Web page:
Morning in the Old City

Originally posted on Lester B’s 2010 Israel Ride  blog. This is how he spent the early morning.

“Today was not so much about the ride”

The Western Wall is the remnant of Solomon’s Temple rebuilt by Herod before the exile in 70 C.E.  It forms the edge of the Temple Mount – the site on which Jews believe Abraham was tested by God in the story of the sacrifice of Isaac, and on which was the Holy of Holies – the inner-most sanctuary of the Temple, entered only once a  year, on Yom Kippur, and only by the High Priest.  This is the holiest site in the Jewish religion.  It is also the site from which Muslims believe that the Prophet Mohammed ascended to heaven, making it one of Islam’s holy sites as well.  Although Jews have prayed at the Wall throughout the millennia, it was closed to us after the Jordan captured that part of the city in the 1948 War of Independence, only to be once again available to people of all faiths after Israel captured the Old City in the Six Day War in 1967.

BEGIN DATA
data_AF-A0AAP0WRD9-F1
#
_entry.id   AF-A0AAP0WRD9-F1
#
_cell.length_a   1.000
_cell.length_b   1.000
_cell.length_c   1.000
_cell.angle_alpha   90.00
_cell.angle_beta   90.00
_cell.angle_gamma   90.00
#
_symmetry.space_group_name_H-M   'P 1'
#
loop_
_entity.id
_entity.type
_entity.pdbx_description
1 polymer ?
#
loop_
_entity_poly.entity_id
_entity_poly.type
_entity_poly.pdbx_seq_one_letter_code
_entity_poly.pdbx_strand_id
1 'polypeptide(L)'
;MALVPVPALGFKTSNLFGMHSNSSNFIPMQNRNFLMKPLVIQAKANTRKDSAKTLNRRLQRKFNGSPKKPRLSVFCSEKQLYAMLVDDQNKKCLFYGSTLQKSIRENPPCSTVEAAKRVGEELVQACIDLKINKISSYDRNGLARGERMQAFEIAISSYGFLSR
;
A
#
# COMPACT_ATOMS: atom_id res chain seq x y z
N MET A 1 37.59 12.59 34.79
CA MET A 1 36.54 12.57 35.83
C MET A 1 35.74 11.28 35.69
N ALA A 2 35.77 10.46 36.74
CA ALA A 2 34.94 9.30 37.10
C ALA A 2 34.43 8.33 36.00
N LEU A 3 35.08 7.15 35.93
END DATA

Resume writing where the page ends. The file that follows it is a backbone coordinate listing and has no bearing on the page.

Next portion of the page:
Only a small section of the Wall is exposed at street level today.  In recent years large underground sections of the Wall have been excavated, showing the genius of the engineers and builders of antiquity, and illuminating the connection of the Temple to life in the city and among its inhabitants.  There is a magnificent underground tour into the excavated site.  I learned why we revere the Western Wall over the other walls, some of which have also been excavated – because it is the closest to where the Holy of Holies stood.  And deep underground has been found the part of the Wall that itself is believed to be the closest spot of all to that hallowed place.  This is how I spent the early morning.

Read more from this “middle-aged geezer who is about to ride 300 miles in the desert to support some peaceniks who are trying to make water out of sand.”

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